Lent 2 Year C, February 21, 2016
The Rev. Greg Foraker
Today we observe the Second Sunday in Lent, and so with one third of Lent behind us, this is a good time to check in and reflect on how Lent is going for you at this point. What practices or activities have helped you to go deeper in your journey with God this Lent? Have you tried something new? What practice is opening up new possibilities for you?
One practice that proved helpful to me was our ministry of “Ashes to Go” on Ash Wednesday. I joined a group of 10 lay ministers from St. Luke’s to offer prayers and ashes to people we met in the morning at the South Transit Center and at noontime on Old Town Square. Afterwards as we reflected on the experience, we shared many inspiring stories of our encounters that day. One person stands out in my memory. I met a young woman, probably in her mid-twenties with two small children who asked what we were doing in Old Town in black cassocks. I explained we were from St. Luke’s and were offering prayers and ashes to anyone who wished to do this as a way to mark the beginning of Lent. She did not grow up in a church or have a religious tradition, and so she asked me, “What is Lent?”
I began to say that Lent is a penitential season… and her eyes glazed over. I had lost her at the outset. I took a deep breath tried to imagine how to explain it in plain language and offered this take: Have you ever known someone, worked with someone or been in relationship with someone who is not facing their stuff, seems stuck, and is not doing their work? She immediately said yes. It is hard to be with those people. It’s hard to be productive, it’s hard to be in relationship with them when they won’t face their stuff and aren’t doing their work. Even worse, it’s really hard when we realize we are the one who is not facing our stuff and doing our work, when we aren’t facing the stuff that has us stuck and not open to growing. When we aren’t doing the work to reflect, heal and grow through our stuff and move to new places in our lives. She lit up and asked for prayers and to receive ashes.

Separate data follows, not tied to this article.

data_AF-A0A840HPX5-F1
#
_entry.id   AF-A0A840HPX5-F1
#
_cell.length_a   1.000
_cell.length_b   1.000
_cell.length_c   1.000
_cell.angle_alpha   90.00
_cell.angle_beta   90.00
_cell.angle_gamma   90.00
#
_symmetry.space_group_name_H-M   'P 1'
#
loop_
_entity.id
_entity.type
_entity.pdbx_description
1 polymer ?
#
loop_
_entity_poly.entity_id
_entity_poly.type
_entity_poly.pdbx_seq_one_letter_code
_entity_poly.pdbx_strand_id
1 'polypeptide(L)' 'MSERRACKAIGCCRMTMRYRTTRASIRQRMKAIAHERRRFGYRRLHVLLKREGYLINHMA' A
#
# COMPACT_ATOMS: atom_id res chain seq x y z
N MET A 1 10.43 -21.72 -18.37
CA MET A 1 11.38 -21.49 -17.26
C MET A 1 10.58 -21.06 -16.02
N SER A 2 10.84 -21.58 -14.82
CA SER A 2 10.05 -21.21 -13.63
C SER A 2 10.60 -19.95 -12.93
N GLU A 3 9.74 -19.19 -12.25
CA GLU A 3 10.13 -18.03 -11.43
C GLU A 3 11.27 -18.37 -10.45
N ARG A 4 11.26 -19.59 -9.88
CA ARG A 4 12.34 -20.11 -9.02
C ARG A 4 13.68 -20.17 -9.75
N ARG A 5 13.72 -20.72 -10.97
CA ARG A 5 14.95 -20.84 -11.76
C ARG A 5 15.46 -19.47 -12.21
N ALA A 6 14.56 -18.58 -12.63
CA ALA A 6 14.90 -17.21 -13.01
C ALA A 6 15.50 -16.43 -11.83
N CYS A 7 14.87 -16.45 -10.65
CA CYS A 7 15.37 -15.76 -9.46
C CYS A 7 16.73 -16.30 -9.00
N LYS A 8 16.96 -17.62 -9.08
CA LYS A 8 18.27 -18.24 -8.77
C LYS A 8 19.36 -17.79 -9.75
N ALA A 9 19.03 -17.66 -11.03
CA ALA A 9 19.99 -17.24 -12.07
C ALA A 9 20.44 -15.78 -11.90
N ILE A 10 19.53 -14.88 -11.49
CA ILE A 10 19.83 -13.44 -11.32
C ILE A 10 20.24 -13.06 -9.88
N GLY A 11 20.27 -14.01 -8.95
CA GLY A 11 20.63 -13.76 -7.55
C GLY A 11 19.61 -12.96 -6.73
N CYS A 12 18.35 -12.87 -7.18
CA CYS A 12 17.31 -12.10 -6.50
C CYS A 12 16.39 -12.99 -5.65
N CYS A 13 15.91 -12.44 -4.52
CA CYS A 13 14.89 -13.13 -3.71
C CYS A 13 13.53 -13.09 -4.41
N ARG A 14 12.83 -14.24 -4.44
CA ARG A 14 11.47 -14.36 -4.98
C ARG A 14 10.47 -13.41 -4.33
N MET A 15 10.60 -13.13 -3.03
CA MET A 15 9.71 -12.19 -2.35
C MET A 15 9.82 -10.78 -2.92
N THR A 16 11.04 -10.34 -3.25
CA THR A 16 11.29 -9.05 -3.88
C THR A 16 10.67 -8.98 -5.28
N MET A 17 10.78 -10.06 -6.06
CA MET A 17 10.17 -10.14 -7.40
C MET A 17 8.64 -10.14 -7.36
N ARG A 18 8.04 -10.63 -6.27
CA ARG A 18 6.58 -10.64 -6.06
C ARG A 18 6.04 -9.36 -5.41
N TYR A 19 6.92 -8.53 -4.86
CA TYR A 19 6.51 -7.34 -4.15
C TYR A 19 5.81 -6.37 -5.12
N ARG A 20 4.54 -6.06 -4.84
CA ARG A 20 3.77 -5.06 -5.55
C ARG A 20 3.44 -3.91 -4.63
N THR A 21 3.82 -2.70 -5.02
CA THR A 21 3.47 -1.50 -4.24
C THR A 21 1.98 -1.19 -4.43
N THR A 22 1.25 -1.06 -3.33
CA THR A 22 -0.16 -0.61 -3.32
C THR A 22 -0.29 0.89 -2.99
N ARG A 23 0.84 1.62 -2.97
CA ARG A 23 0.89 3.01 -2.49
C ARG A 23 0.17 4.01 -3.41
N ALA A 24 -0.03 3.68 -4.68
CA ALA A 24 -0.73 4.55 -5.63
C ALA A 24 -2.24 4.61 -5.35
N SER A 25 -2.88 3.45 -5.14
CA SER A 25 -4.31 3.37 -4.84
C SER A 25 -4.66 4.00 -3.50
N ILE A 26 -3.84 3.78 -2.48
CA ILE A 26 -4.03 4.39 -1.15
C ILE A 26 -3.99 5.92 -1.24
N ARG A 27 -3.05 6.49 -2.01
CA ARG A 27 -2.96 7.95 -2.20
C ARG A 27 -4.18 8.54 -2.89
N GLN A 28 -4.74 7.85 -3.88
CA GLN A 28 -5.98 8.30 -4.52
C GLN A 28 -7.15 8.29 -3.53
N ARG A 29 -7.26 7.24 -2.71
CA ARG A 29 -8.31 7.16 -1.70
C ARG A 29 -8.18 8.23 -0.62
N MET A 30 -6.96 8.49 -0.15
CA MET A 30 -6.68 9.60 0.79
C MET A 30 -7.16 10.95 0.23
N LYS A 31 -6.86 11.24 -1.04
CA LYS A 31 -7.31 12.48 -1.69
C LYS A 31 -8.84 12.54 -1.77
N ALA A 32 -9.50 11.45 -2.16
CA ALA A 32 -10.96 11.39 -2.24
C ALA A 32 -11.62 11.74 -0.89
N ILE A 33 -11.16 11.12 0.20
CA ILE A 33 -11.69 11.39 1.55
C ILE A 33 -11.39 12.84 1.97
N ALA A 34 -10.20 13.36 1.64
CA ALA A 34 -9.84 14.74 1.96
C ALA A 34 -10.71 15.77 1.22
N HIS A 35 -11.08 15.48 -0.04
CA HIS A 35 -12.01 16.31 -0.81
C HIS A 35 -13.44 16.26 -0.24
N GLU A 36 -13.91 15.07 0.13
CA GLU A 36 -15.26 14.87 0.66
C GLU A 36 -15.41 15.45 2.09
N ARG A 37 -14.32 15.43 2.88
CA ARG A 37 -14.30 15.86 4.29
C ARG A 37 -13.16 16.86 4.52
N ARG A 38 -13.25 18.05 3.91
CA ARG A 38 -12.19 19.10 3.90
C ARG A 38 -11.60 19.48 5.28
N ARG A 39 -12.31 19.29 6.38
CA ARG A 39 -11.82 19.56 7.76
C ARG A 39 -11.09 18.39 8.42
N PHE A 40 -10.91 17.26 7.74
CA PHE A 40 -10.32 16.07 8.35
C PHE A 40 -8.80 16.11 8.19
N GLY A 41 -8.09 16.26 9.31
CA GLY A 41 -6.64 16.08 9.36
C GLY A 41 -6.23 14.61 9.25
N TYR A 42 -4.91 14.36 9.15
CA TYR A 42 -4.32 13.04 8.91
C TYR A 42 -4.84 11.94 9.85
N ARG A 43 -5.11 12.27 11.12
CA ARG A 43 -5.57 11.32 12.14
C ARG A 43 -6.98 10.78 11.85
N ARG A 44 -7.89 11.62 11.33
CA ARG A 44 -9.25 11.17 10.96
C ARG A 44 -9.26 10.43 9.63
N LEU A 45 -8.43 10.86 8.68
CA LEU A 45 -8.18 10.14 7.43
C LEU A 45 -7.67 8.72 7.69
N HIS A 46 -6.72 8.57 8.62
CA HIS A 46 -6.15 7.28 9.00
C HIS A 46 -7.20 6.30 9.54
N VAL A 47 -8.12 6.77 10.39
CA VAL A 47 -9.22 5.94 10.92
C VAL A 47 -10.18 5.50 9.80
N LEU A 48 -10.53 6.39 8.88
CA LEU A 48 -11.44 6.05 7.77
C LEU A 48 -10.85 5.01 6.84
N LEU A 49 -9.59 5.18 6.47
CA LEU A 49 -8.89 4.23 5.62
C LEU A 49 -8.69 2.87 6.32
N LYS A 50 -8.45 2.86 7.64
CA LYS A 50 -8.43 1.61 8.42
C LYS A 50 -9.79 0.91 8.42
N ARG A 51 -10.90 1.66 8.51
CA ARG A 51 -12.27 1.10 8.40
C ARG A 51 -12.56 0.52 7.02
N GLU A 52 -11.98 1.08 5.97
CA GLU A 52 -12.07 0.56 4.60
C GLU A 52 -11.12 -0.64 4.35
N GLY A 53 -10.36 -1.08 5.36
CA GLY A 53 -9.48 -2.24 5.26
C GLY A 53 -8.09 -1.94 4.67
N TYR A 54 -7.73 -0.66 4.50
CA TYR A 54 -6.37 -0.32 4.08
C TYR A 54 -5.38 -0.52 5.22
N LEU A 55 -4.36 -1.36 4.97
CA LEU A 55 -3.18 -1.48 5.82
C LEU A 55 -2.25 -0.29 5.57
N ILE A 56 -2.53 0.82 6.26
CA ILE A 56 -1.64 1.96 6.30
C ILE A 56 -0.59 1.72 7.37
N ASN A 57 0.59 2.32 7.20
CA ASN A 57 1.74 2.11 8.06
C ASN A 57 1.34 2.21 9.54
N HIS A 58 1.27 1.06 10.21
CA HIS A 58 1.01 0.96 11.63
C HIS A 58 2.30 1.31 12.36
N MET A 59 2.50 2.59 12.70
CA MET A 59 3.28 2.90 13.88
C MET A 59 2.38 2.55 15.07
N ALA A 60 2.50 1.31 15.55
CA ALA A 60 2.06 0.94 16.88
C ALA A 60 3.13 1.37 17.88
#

This is really the core of what Lent is about. As a church community, we decide as a group to set aside six weeks to be intentional and encouraging of one another to face our stuff and do our work. We seek to face the stuff that hinders us in our relationships, in our growth, and in our closeness to God. We consider what we have to give up and take on to do this work. We know these are not easy tasks, so it helps to know we are all trying to do this in support of each other, especially during this special time of reflection.
This is the same work we witness in the community at Philippi in our epistle reading today. Paul wrote that beloved and vital community a letter of encouragement. They were growing and doing great things in the name of Christ, but they were still in need of a time of reflection and encouragement to stay the course. If we had read one more verse today, we would have heard of the conflict between two in the community: Euodia and Syntyche. These two pillars of the community were caught in a disagreement that was getting in the way of their growth and mission of the church. Paul called everyone to support these two as they looked at their stuff and did the work to heal the rift between them. Only then, could they feel the love of God and hear how God was still calling them.
Euodia and Syntyche were called to face their stuff and could do so with their supportive community at Philippi. And so it can be for us. What is the stuff you need to face this Lent? What is hindering you in your life and journey with God? A grudge, a past hurt, or perhaps not enough time spent in conversation with God? What work are you call to do this Lent to grow through your stuff? A new spiritual practice, more intentional time with your friends and family or perhaps a new way of service to people in need? We don’t need to be in each other’s stuff, but we can care for each other, encourage each other and call each other keep looking at our stuff and doing our work. And so today we pray for courage, to face the stuff that holds us back from a deeper life with God and we pray for faithfulness to do the work to which each of us are called in our journey with God. Amen.